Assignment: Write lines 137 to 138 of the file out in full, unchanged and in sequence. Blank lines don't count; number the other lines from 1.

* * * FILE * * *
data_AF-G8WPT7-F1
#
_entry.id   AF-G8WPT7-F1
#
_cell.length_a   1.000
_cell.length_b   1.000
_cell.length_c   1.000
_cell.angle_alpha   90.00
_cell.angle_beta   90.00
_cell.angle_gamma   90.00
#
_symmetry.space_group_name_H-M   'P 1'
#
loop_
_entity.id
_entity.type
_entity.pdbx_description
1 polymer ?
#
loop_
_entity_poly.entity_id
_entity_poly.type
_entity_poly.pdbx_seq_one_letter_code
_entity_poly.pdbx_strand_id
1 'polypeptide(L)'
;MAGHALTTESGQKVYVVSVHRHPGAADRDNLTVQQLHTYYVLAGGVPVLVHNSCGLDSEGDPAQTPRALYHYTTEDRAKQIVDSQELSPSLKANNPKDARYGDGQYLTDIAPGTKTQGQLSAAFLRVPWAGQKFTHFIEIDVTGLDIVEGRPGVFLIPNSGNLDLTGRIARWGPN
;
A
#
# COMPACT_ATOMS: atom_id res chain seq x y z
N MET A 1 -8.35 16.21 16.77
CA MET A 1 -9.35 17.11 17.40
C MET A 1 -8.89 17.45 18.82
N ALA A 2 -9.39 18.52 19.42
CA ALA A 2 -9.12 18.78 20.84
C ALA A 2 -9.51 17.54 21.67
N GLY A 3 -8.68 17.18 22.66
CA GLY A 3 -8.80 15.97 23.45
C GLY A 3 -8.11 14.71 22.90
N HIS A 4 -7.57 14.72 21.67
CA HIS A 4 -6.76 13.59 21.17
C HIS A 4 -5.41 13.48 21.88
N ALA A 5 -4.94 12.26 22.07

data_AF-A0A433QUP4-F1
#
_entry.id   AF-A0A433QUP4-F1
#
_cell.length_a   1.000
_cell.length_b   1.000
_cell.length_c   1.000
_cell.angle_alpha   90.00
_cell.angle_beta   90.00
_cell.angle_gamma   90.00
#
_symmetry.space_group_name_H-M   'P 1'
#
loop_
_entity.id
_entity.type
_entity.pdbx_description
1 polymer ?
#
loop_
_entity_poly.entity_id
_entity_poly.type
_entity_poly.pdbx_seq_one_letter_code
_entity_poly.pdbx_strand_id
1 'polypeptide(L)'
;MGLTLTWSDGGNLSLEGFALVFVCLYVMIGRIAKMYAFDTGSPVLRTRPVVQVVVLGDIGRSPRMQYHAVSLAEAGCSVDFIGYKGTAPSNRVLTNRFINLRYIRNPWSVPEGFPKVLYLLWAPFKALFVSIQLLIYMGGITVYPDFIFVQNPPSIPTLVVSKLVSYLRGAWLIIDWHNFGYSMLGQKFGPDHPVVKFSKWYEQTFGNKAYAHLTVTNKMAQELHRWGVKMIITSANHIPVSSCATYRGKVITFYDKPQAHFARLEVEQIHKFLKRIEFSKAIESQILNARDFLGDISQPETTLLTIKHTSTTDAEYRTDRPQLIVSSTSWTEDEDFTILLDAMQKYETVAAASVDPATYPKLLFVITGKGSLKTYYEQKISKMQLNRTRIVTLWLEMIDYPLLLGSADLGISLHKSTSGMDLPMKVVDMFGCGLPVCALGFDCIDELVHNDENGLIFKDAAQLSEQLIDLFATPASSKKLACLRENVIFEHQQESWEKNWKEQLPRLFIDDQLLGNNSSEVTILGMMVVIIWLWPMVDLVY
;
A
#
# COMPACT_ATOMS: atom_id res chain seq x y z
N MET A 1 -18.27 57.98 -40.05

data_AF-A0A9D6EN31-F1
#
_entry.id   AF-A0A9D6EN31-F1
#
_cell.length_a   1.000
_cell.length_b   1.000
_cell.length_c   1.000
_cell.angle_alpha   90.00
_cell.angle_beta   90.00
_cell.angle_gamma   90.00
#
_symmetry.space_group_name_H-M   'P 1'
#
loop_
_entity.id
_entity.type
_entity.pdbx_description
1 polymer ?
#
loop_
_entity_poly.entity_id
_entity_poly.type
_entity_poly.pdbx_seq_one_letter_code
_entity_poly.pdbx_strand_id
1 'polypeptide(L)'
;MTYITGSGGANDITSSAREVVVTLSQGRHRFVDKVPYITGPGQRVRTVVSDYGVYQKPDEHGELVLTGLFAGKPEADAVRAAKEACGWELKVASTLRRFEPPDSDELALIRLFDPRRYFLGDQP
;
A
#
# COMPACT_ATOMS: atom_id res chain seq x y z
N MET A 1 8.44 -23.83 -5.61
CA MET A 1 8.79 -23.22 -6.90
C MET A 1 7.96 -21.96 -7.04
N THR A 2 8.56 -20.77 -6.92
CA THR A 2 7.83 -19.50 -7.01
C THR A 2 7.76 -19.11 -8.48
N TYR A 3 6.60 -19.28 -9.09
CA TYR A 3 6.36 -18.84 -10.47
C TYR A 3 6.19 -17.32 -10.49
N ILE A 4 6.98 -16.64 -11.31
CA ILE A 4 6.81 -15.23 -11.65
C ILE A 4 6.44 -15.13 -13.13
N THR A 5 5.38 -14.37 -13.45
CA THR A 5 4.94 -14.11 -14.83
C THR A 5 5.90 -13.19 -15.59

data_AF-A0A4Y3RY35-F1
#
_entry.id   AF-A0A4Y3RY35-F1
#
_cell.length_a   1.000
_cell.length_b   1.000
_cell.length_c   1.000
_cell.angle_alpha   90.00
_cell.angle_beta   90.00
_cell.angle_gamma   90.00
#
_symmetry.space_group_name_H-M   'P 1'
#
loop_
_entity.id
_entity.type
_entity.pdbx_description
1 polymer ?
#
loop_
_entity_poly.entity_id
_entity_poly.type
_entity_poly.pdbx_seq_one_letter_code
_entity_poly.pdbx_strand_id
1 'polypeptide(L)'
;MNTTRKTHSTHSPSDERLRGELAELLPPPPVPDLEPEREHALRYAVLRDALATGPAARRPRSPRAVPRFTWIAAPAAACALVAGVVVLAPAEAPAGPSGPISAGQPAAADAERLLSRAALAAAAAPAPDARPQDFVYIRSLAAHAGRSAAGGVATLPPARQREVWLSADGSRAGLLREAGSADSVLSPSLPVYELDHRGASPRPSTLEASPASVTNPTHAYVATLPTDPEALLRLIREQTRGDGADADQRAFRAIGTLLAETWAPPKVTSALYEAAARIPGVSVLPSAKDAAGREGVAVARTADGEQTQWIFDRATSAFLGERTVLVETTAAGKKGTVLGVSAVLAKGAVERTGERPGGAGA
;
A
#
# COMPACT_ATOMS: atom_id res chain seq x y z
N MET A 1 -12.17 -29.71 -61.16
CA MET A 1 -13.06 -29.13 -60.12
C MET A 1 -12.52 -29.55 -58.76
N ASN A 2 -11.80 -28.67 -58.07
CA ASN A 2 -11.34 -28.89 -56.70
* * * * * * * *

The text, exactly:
1 polymer ?
#